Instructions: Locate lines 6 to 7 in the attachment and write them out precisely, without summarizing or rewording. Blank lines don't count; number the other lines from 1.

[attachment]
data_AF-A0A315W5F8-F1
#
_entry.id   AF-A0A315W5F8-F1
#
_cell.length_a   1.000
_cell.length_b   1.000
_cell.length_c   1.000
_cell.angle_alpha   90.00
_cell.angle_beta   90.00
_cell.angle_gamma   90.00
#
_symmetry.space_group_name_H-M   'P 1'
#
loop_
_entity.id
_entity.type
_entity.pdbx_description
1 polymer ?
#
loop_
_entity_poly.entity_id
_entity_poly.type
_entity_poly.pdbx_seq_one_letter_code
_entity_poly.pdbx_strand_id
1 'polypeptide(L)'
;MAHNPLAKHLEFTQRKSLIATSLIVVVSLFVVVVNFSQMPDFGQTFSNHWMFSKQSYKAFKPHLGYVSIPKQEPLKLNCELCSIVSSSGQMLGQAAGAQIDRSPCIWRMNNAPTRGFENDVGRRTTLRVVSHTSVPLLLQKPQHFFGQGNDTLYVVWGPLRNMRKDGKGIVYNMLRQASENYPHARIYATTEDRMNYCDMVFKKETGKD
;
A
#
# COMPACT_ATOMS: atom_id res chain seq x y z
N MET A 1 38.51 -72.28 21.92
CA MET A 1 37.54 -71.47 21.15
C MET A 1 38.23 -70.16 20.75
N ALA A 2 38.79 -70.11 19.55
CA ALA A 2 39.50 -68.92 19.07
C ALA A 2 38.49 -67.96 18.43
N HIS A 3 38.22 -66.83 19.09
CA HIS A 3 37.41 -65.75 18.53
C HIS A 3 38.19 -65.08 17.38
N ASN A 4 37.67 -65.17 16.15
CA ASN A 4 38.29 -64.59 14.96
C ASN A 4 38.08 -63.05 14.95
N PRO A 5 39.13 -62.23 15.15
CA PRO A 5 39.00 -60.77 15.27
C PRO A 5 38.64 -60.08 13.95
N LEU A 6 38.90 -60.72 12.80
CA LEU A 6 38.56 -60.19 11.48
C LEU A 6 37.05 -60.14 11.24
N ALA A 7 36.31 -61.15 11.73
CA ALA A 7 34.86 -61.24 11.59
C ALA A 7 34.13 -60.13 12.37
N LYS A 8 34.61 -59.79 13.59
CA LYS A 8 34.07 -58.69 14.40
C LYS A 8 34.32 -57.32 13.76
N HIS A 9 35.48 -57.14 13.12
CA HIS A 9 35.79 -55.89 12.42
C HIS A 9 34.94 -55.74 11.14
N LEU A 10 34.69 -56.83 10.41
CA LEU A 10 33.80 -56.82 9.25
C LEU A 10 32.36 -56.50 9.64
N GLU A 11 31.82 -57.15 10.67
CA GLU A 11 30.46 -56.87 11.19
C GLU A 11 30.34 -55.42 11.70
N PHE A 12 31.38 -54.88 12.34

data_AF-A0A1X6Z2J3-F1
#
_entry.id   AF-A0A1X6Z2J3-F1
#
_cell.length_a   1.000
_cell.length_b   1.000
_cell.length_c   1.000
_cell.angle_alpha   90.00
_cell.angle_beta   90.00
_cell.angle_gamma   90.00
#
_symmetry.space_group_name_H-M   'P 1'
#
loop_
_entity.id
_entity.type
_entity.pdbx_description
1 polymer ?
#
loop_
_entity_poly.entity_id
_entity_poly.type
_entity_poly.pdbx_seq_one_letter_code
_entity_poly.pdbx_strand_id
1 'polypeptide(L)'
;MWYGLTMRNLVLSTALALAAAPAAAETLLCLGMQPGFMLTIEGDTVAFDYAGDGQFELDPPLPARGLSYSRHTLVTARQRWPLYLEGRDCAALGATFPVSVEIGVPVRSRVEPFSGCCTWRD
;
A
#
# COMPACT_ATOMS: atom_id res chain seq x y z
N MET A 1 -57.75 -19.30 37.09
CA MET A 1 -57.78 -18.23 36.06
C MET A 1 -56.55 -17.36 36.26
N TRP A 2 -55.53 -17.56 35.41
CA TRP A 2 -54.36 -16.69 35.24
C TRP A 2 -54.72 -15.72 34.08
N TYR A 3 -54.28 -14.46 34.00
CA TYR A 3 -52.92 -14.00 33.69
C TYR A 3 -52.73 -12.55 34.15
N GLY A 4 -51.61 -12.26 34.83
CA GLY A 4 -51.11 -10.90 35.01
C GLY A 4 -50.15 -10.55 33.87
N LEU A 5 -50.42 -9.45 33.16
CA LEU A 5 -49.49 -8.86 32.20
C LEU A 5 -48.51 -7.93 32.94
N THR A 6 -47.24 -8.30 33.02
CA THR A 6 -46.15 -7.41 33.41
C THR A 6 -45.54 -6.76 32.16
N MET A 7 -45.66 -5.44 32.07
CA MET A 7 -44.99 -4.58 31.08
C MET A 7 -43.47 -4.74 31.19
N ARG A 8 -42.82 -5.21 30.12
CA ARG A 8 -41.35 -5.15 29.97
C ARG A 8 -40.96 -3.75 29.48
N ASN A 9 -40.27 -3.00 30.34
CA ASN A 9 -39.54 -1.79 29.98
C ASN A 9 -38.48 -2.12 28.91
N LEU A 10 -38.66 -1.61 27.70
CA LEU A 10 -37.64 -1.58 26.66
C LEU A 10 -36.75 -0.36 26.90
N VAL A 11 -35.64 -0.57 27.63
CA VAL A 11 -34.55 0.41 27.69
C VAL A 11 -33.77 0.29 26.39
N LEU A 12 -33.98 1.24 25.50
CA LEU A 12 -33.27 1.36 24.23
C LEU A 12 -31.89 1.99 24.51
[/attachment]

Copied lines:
_cell.length_b   1.000
_cell.length_c   1.000